Aesthetic Modes in Music

In addition to being aesthetic in-and-of itself (as a form of art), music can used to express aesthetic modes of existence. The three I have in mind are (in order of progression): (1) the aesthetic, who is narcissistic, self-centered, selfish, etc.; (2) the appreciative-aesthetic, which while still self-centered, authentically includes others in his own experiences; (3) the nihilist-aesthetic, who is still self-centered, still desires to share with others, but who then locates the ‘I’ as the authoritative center of an otherwise meaningless cosmos. (1) Can be heard ad nauseum in ‘pop’ music (apparently my assertion was once the topic of…

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And it is my Nothing

A shocking introduction indeed, Richey qua Winston Smith. I hate purity. Hate goodness. I don’t want virtue to exist anywhere. I want everyone to be corrupt to the bones. Julia: ‘Well then, I ought to suit you, dear. I’m corrupt to the bones.’ But in this context, hating purity is not the same as loving impurity; hating goodness is not the same as loving evil. The desire for personal corruption and the elimination of virtue gives the trick away. Whose purity? Whose goodness? Whose conception of virtue and wholeness? Big Brother’s, of course. What is the form of Winston and…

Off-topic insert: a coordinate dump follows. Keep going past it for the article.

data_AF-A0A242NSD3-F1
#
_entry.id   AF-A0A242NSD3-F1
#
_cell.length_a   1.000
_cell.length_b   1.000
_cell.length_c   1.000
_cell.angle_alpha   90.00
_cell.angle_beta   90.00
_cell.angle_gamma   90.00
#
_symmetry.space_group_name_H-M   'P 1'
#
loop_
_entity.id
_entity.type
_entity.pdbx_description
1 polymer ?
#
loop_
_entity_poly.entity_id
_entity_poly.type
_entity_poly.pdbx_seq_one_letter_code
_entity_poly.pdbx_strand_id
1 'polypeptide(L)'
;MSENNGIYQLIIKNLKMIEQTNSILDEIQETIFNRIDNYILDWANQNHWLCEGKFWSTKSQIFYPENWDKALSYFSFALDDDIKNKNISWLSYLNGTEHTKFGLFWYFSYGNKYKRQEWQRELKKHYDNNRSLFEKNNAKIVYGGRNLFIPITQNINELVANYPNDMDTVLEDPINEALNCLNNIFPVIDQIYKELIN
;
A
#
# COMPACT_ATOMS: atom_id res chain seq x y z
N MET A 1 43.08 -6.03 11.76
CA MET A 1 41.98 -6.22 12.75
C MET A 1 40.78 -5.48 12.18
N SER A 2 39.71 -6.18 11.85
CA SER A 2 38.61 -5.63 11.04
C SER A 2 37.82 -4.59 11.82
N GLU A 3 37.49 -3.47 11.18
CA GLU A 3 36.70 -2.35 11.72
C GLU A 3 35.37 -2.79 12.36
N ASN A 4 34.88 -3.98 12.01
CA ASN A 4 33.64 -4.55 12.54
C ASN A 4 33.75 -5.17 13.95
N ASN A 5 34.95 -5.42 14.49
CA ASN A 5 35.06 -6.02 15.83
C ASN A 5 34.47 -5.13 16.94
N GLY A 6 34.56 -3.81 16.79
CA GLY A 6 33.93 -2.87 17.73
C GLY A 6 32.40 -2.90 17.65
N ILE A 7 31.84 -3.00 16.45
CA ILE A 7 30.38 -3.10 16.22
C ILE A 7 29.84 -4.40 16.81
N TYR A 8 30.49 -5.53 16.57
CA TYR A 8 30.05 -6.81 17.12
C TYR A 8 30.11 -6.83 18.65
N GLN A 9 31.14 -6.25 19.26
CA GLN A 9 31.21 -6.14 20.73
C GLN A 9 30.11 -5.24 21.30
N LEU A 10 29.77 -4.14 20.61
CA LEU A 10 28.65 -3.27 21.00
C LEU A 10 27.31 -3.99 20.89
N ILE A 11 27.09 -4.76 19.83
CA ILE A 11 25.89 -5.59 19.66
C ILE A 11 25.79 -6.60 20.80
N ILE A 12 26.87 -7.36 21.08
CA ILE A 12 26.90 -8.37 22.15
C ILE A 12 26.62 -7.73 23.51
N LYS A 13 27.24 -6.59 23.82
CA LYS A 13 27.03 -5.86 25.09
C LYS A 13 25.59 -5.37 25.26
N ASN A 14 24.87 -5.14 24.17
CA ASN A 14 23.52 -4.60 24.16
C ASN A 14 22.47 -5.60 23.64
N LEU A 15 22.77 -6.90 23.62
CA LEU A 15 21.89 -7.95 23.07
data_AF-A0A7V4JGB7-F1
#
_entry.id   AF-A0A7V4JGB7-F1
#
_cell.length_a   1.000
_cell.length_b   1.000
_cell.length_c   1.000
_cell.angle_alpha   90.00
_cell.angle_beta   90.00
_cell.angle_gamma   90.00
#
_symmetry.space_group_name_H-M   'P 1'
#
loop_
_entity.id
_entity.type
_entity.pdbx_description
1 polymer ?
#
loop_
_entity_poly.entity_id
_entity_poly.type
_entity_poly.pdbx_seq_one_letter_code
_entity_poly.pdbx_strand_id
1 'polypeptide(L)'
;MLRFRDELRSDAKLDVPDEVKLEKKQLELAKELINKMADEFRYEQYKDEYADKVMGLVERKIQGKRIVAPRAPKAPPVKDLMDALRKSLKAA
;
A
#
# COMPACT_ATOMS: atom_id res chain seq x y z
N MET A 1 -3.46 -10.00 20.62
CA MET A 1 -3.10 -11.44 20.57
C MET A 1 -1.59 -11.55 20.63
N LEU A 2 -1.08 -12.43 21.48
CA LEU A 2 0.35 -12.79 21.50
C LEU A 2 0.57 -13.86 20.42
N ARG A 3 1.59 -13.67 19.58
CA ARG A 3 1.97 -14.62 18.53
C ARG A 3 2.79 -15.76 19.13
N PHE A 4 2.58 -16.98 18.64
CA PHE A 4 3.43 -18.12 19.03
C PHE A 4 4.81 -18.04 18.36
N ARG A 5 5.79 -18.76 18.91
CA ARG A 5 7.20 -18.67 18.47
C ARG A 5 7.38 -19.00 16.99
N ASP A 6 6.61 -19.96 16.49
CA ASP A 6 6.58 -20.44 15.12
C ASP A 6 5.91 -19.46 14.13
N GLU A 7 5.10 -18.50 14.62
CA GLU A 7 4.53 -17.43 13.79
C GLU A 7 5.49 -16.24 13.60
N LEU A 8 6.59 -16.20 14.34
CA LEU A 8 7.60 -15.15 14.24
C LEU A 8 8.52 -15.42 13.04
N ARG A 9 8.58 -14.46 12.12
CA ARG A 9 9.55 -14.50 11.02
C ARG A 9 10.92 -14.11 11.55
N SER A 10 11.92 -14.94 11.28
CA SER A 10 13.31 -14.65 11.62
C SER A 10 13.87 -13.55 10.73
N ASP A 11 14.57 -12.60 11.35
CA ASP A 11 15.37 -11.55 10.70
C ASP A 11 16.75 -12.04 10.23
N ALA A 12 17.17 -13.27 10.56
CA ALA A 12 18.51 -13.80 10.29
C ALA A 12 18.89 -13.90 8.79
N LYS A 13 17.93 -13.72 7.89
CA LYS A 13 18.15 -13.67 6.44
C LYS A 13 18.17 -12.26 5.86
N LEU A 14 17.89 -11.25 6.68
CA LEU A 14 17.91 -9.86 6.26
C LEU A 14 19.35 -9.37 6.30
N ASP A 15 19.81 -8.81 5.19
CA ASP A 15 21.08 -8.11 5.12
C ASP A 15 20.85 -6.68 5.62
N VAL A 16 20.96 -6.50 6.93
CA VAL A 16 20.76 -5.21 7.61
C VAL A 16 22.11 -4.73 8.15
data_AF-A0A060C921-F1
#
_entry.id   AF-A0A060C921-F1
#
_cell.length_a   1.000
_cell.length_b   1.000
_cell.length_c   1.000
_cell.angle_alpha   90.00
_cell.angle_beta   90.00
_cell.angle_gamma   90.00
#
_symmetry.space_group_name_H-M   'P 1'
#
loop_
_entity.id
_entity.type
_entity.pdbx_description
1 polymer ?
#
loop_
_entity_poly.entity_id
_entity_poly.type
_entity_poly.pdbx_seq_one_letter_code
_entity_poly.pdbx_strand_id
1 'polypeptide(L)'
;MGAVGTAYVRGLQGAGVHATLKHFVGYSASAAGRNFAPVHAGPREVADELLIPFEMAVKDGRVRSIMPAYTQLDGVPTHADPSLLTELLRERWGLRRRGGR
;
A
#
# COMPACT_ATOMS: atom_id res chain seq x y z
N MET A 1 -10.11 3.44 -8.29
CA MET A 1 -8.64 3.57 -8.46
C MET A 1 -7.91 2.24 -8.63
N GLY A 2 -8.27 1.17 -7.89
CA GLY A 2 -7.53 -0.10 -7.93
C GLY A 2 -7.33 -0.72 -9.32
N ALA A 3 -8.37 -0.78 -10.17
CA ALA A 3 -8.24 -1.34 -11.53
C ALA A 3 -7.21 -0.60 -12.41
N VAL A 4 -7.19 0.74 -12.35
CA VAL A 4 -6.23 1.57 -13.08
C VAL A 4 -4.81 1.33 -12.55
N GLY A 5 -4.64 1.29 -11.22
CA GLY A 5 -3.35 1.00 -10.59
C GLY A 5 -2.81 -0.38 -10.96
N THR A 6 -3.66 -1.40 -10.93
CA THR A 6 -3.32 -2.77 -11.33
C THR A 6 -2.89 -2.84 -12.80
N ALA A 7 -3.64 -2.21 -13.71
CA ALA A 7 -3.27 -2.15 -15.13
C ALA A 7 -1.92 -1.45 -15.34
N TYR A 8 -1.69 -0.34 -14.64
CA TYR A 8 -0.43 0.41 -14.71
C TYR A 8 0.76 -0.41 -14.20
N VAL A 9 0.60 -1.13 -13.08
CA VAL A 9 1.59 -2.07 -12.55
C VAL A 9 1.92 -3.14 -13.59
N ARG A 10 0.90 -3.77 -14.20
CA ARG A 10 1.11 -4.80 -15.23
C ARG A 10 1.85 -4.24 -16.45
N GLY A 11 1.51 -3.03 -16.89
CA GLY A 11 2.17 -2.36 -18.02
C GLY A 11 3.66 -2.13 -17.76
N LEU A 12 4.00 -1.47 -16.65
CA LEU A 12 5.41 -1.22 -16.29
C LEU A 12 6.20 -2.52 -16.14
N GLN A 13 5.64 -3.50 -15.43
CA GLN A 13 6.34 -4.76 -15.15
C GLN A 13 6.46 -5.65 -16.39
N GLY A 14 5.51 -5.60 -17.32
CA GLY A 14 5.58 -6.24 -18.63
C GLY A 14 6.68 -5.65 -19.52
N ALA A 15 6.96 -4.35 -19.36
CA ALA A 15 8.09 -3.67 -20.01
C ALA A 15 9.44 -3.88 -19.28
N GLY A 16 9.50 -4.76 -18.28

I Know I Believe in Nothing

Writing can be too difficult at times, and I find myself presently unable to write down my thoughts on the Manics as musician-philosophers to my liking (which I began, here). I don’t remember which Manics song I heard first, but it was either ‘Faster’ or ‘If you tolerate this, then your children will be next’. I’m in more of a ‘Faster’ mood: That is the song’s proper video. When ‘National Treasures’ was released in 2011, it included an alternative version (for North American audiences?) which is as disappointing as it is tame. And just in case we forget – or…

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Ethics and Theme Development